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Noncompliance with ACA could trigger IRS audit, prosecution

Many business practices can attract scrutiny as possible tax fraud

Obamacare is still the law of the land. Failure to extend coverage or make Affordable Care Act payments can result in a tax audit and civil penalties or even charges of tax fraud.

Avoiding ACA obligations joins the long list of red flags that might cause your business and/or your personal finances to be audited. If the IRS concludes that you are willfully noncompliant, it may pursue civil and criminal sanctions.

Respond promptly to an ACA exchange notice

President Trump quipped “Nobody knew health care could be so complicated.” Employers certainly know how complex it is, especially those who are struggling with the mandates of the Affordable Care Act or confronted with a notice from a state health care exchange.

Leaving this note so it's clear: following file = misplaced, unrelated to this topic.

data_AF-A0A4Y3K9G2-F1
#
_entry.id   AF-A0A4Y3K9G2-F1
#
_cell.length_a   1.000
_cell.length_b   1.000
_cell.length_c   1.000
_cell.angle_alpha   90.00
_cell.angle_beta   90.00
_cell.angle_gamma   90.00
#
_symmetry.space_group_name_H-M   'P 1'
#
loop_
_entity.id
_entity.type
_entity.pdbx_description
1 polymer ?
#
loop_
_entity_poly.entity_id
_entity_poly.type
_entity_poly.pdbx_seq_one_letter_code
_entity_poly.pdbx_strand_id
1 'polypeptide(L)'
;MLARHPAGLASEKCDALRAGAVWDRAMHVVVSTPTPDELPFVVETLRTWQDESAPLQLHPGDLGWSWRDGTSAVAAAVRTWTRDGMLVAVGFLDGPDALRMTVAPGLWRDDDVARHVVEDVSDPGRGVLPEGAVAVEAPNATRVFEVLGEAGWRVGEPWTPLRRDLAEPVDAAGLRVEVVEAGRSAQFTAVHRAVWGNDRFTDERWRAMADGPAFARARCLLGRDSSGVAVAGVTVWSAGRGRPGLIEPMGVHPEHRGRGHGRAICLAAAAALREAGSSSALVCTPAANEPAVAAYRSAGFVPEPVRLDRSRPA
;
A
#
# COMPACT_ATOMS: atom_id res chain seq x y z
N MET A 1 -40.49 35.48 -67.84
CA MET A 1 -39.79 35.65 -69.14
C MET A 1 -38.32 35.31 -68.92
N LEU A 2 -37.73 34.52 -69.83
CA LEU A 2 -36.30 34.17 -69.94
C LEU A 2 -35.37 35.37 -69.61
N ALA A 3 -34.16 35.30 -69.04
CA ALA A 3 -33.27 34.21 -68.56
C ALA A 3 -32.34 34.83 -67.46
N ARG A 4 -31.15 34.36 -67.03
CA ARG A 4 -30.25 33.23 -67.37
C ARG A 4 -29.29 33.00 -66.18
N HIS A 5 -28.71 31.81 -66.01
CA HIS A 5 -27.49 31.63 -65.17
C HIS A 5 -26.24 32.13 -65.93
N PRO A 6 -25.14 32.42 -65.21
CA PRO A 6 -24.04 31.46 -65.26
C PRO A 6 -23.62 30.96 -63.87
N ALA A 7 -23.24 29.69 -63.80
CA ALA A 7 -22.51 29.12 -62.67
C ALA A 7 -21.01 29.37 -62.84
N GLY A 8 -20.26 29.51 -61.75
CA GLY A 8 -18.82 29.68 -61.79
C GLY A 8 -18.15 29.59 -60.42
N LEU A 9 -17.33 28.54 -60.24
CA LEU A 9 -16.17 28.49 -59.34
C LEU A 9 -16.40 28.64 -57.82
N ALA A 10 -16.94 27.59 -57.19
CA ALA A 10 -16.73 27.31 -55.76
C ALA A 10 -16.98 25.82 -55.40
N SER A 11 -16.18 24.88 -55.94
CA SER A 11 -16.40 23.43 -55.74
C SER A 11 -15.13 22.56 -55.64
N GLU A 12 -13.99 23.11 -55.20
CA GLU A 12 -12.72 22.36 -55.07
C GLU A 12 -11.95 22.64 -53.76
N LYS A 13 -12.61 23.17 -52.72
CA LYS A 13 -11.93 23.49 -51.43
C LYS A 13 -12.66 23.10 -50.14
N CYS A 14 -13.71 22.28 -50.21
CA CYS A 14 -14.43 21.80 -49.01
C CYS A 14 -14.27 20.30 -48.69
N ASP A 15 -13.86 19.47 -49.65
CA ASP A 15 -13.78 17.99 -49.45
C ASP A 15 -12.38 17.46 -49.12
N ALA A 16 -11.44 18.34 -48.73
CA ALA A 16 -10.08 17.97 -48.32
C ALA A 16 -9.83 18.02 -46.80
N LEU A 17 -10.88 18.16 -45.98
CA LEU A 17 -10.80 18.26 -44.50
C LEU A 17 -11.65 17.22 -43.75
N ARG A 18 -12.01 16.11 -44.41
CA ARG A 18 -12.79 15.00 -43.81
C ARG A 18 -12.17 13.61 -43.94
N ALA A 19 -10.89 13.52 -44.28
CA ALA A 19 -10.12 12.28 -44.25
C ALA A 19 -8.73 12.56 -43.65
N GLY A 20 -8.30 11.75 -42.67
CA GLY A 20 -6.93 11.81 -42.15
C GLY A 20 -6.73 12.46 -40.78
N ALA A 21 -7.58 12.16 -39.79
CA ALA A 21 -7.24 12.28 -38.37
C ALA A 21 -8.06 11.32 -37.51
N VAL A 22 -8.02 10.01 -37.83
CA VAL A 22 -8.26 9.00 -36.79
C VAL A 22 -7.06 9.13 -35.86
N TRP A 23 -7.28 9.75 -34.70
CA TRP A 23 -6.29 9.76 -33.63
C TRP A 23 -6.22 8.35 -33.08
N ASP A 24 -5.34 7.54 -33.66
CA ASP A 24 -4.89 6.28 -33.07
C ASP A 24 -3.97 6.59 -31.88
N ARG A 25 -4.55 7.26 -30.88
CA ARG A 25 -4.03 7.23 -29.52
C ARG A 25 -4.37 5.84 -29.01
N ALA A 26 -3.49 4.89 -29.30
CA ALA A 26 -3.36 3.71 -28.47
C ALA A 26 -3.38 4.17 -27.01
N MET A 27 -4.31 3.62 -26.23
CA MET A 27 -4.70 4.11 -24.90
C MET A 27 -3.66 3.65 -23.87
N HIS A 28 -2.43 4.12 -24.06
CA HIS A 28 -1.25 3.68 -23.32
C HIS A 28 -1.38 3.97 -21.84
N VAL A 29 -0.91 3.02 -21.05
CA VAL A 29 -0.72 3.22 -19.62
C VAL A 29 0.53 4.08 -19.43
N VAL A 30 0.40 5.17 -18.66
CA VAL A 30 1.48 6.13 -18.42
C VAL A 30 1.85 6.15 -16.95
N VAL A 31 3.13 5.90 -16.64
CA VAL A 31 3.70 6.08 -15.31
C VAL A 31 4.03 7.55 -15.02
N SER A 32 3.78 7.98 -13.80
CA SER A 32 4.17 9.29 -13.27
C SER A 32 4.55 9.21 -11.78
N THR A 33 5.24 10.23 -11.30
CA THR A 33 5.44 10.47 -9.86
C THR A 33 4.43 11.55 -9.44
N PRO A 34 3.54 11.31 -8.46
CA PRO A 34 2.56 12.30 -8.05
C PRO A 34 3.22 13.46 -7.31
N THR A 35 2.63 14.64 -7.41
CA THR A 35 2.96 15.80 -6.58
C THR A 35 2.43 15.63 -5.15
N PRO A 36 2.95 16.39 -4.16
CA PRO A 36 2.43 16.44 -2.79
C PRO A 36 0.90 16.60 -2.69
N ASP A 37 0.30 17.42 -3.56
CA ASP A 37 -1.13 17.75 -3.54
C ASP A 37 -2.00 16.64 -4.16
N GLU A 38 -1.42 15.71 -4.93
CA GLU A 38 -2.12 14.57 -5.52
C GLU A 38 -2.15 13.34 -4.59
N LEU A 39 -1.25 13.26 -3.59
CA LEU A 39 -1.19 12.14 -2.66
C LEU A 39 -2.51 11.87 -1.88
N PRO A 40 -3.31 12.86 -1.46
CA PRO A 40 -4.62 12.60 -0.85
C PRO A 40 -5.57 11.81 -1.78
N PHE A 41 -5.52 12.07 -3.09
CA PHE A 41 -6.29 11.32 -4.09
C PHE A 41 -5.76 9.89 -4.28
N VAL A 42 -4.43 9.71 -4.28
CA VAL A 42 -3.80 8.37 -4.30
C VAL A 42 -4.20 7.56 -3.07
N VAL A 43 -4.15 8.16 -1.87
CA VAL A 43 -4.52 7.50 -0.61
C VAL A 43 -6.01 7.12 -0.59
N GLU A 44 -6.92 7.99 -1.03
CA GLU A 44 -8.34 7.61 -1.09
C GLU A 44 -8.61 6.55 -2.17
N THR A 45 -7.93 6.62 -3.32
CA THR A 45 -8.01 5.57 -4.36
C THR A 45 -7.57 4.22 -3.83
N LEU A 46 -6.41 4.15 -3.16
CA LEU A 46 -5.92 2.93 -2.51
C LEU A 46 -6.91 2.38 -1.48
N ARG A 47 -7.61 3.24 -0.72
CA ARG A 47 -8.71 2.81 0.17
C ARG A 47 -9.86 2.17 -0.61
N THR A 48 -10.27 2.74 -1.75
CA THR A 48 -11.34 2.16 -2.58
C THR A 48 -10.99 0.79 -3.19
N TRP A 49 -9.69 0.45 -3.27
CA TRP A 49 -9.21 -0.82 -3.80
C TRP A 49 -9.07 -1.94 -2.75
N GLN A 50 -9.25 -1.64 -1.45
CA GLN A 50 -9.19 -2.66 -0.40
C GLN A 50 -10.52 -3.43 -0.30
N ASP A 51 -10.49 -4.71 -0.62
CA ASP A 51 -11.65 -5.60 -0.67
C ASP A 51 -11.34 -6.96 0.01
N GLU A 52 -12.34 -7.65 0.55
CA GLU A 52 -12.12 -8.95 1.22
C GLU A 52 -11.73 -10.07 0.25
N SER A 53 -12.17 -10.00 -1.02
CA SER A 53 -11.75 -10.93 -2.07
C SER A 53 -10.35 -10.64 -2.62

An exchange notice should be dealt with swiftly, advises Accounting Today. Waiting only invites an IRS audit, with the possibility of thousands of dollars in penalties. In the worst case scenario, shoddy record-keeping, failing to offer coverage to qualified employees, or failing to make a shared responsibility payment to the IRS could be construed as tax fraud (tax evasion).

What else raises IRS red flags?

In addition to failing to comply with the ACA or respond to a health exchange notice, other business practices can trigger audits or tax fraud investigations:

Whether you have made honest mistakes or knowingly fudged taxes, you will eventually need to make things right with the IRS. However, if the IRS is asking questions or if you think there is any possibility of being prosecuted for tax fraud, consult with a criminal defense attorney before talking with an IRS auditor or agent. Your statements can be misconstrued or used as leverage against you.

Source: Tax Avoidance Is Legal. Tax Evasion Is Criminal. (